Kindergarten Readiness


Kindergarten Readiness


percent of seats available to meet need
  • UNDER 50%
  • 50-75%
  • 75-100%
  • 100-125%
  • 125-150%
  • OVER 150%
Kindergarten Readiness

High-quality preschool improves students’ social, cognitive and developmental readiness for kindergarten, putting them on track to long-term success in school.5 The benefits are especially critical for low-income students, who typically hear 30 million fewer words spoken than their wealthier peers by age 2 and face an uphill battle to early literacy and math proficiency throughout their education.6

Less than a decade ago, Illinois was a national leader in early education. In 2007 the state launched Preschool for All and a year later led the nation in preschool access for 3-year-olds.7 But when the recession prompted budget cuts, Preschool for All lost ground. By 2014, state-funded preschool was serving only about three-quarters of the children it had reached just five years earlier.8 Disappointingly, today Illinois only has enough publicly funded preschool spots to serve about 80% of low-income 3- and 4-year olds.9 Worse, preschool providers across the state have reported unfilled seats, highlighting barriers to participation.

There are too few public preschool seats available in many areas of the state. For example, DuPage, Kane, Lake, and Will counties need approximately twice as many seats to serve low-income 3- and 4-year olds. Meanwhile, the Cook County suburbs have almost 8,000 fewer preschool seats than eligible low-income children, the greatest shortfall in the state. Even as the state made a significant investment to restore Preschool for All to 2012 funding levels, continued support will be needed to increase the number of seats available across the state to serve every child who needs it.10


Sources: National Institute for Early Education Research; American Community Survey, U.S. Census Bureau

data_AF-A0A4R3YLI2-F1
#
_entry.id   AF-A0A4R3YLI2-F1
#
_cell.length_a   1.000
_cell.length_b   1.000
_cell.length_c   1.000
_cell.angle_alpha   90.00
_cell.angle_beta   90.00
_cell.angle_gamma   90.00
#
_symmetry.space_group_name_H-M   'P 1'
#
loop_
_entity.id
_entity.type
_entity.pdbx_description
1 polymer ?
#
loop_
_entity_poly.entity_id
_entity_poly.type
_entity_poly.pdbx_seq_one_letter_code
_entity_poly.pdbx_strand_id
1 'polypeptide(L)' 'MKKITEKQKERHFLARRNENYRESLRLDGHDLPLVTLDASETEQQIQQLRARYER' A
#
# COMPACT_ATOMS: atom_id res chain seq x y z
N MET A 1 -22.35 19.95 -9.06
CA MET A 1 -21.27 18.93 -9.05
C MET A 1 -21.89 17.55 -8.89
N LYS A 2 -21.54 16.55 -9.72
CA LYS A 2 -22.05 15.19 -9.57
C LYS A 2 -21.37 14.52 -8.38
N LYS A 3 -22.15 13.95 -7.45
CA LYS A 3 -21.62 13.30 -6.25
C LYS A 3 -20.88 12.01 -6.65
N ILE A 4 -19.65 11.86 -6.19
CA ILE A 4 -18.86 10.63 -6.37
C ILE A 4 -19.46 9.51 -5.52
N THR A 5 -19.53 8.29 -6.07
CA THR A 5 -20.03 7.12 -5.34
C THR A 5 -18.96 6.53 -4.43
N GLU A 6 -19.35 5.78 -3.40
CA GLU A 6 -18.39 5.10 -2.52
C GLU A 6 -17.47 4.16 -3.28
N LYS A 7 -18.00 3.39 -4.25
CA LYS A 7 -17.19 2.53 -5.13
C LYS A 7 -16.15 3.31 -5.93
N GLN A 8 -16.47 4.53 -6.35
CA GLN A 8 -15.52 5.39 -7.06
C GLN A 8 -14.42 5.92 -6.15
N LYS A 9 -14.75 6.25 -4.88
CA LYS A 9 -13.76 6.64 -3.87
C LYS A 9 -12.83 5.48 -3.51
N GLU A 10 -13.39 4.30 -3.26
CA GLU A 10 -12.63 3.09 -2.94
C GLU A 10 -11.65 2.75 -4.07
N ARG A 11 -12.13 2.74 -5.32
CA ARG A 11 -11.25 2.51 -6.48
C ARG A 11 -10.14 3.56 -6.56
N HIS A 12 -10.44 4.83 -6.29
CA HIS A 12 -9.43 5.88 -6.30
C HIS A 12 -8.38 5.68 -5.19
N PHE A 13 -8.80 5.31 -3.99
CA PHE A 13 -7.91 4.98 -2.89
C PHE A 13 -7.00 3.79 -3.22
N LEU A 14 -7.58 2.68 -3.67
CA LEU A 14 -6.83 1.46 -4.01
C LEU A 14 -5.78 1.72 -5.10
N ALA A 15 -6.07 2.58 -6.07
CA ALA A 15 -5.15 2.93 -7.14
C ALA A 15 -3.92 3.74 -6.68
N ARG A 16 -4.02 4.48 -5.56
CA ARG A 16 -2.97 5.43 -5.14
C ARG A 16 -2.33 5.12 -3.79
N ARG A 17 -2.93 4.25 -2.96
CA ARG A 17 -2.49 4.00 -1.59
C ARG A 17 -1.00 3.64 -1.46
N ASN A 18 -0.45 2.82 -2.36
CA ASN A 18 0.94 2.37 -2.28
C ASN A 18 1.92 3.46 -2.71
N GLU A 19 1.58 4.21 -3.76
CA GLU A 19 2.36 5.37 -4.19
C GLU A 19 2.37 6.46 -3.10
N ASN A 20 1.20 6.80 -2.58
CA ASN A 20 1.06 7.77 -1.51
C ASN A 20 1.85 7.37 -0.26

Community Spotlight

East St. Louis

Improving access to early education programs and services for children under 5 has been a major priority in Greater East St. Louis, where 99% of public school children are considered low-income1 and too few families were taking advantage of available early care and education programs. In 2015, Greater East St. Louis launched a regional effort to solve this problem. The Greater East St. Louis and The Greater East St. Louis Early Learning Partnership & Innovation Zone (ELP) launched Ready, Set, ENROLL!—an effort to educate families about their program options and reduce barriers to enrollment. ELP collaborated with early childhood centers, Head Start, Preschool for All, Prevention Initiative, and Home Visiting programs to create a universal application for early education and prioritize the applications of families with the highest need. Since its launch in 2015, Ready, Set, ENROLL! has reached 500 families, which is approximately 10% of Greater East St. Louis children who are 5 and under.2

Like other collective impact initiatives, East Side Aligned and ELP creates links between people, organizations and systems to collaboratively tackle complex issues. A centralized intake offered at 12 community locations provided developmental screenings, too. Applications are prioritized based on 13 risk factors (including homelessness, welfare eligibility, and poverty). The program also helps ensure families have access to the highest-quality programs by working with early childhood centers to achieve, maintain or advance their ratings through the state’s ExceleRate system, thereby improving access to high-quality programs for families.